Is being watched in an MMO by Spooks OK?

By now most gamers have head about the NSA watching games like WoW and SecondLife for dangerous individuals. If you’re also watching out for potential impacts from the NSA’s activities exposed recently, you’re probably now saturated with odd and scary stories.

A meandering thought or two is below.

Frankly the entire concept reads like fiction to me, and is scary enough that I’m seriously considering changing a huge amount of what tools I use and what I do online.

By way of really dreadful example – please consider these revelations about what is plausible for surveillance. It is an video explanation of the methods recently exposed. Actual hardware hacks, device exploits, and all other manner of “hacks and hijacks”.

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Interesting security alert for Blizzard

Logo of Blizzard Entertainment

Not the first, and not the last account security alert for a game company came yesterday from Blizzard. In short – their systems were significantly compromised sometime around Aug 4 2012, and while no credit card information, billing addresses, or real names were exposed, the basic message is that everyone needs to change their passwords and account information. Details here.

Honestly I think that this is a mess, and a mess that demonstrates a few points worth noting for organisations which have either a vocal population or sensitive information (yes, everyone):

  • Anyone is vulnerable to a hack, even the monolithic software devs. Consider that the larger the company, the larger the revenue, and the larger the honeypot of information is that could be obtained. That makes Blizzard an exceedingly juicy target.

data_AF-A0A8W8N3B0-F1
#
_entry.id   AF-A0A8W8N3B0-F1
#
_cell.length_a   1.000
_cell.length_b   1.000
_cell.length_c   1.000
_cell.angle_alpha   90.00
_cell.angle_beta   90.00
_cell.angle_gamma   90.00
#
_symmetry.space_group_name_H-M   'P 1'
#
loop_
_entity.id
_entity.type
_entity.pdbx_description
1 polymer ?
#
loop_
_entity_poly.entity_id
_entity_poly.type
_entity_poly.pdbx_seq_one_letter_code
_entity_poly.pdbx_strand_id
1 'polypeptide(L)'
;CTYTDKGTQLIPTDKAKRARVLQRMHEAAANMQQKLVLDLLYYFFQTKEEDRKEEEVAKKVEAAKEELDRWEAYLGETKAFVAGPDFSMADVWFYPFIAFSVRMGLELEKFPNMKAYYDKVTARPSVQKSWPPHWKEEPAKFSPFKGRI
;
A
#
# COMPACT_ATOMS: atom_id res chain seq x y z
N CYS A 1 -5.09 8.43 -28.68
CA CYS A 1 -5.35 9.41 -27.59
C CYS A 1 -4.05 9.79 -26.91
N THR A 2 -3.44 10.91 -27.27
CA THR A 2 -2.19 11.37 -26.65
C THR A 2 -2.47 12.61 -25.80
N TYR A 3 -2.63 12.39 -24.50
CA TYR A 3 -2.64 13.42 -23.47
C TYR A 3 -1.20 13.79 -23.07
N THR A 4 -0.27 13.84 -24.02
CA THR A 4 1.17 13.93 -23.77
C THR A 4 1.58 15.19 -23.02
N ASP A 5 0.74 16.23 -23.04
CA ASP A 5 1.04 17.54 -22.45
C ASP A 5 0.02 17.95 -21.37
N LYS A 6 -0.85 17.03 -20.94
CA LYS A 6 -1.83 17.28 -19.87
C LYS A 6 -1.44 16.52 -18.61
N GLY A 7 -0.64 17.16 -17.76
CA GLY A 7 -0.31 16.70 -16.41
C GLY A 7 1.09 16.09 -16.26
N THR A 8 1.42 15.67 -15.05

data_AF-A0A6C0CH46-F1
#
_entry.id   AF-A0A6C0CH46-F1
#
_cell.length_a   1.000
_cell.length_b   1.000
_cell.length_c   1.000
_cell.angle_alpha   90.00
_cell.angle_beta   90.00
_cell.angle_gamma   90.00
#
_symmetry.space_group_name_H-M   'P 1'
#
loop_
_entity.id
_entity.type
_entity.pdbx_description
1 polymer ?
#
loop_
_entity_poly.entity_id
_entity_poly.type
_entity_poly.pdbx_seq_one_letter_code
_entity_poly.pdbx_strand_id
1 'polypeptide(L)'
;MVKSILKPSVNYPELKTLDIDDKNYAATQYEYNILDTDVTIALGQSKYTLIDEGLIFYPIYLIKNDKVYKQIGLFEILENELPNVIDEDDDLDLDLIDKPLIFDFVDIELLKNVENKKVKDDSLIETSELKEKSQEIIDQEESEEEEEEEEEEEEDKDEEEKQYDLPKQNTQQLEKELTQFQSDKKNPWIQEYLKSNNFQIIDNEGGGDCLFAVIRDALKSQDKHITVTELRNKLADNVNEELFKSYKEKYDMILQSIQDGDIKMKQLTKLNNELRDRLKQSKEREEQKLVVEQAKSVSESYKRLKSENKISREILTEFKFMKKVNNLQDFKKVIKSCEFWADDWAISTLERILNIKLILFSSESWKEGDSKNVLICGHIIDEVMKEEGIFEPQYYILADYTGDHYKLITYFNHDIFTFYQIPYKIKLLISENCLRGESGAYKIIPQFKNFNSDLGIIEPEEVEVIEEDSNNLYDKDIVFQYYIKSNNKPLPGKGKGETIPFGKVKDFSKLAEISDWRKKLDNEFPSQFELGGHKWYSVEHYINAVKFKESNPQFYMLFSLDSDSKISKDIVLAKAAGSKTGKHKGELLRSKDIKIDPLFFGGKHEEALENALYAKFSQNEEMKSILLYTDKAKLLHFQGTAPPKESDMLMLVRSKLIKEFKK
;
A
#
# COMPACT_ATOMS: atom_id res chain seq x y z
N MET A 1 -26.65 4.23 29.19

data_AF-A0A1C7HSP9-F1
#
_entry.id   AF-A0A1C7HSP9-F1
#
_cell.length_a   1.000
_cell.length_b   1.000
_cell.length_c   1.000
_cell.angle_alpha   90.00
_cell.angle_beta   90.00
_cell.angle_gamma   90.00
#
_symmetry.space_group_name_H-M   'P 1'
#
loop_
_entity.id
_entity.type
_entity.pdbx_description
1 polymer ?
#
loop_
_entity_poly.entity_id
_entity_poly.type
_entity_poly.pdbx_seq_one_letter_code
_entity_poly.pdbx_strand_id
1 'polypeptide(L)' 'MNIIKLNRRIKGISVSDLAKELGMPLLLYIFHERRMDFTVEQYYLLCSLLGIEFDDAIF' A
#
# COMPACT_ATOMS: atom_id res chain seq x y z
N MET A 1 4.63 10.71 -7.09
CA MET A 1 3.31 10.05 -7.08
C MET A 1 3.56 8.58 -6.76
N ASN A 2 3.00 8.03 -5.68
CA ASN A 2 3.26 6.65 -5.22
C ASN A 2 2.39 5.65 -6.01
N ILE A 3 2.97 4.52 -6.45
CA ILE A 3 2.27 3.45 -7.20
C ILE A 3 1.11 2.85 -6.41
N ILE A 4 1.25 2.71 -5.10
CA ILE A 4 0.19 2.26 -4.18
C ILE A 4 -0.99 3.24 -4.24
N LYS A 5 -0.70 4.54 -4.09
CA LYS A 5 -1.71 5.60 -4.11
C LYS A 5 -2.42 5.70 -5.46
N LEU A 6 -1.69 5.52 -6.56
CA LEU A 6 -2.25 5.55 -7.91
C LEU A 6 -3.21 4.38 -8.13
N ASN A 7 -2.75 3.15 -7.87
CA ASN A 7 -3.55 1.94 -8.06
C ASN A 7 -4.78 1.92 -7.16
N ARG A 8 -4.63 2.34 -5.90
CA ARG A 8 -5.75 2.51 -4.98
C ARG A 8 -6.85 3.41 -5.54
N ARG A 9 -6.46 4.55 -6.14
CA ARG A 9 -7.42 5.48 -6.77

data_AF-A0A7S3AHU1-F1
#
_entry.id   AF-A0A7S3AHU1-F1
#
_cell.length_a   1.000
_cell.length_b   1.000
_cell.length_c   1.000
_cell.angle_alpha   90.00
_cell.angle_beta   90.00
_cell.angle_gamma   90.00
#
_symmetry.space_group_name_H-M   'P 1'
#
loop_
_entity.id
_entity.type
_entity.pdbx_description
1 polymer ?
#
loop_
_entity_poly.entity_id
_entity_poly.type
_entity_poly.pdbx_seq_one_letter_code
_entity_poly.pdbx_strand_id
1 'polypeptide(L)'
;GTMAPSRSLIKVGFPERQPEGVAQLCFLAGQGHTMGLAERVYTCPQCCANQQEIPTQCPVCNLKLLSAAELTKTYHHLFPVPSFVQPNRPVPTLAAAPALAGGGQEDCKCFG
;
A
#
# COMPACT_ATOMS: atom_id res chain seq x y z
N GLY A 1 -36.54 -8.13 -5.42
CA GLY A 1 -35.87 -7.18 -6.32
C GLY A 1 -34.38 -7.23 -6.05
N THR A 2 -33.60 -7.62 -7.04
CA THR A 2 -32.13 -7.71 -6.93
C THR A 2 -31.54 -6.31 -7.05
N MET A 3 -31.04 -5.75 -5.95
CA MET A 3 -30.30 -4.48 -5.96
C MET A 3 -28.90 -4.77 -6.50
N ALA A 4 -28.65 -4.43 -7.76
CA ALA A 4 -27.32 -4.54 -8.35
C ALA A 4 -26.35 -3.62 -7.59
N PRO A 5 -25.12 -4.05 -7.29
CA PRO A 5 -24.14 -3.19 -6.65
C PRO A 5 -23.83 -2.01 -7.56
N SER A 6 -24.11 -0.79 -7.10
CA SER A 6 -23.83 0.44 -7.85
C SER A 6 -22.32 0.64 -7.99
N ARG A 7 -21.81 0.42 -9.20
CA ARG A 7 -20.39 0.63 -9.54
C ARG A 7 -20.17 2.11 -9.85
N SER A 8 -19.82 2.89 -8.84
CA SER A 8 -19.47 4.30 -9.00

• Good tools and development principals can assist in protecting customers. The authenticator makes a big difference. The password storage mechanism inside the system/DB makes a huge difference.
  • Telling customers the open truth will garner the best reaction. Following up with extra news and responses to questions will save the share price.
  • Telling customers quickly is critical. If a customer finds out late then the vendor is on the hook for every poor experience in the customers mind from that point forward, however illogical they are.
  • Always provide a plan of what to do next, and what is happening next.

It is not that companies need good security (they do), but they also need excellent protocols for security events. A gaff in dealing with a breach in security will hurt a long after the actual systems are restored. The public has a long memory.

This means that while trying to patch the issue Blizzard are also considering the PR damage control. It appears from my first review that Blizzard took the honest path – they spoke clearly about what happened. I think I read elsewhere that they also have involved external consultants to help. Even bloody better. Nothing makes a systems or a dev person stand up like having another techie review how you do things. In spite of the hack, its good to see.

So go update your passwords, I’m not sharing a “password reset” link as I distrust any links like this that I don’t type out myself. Continue reading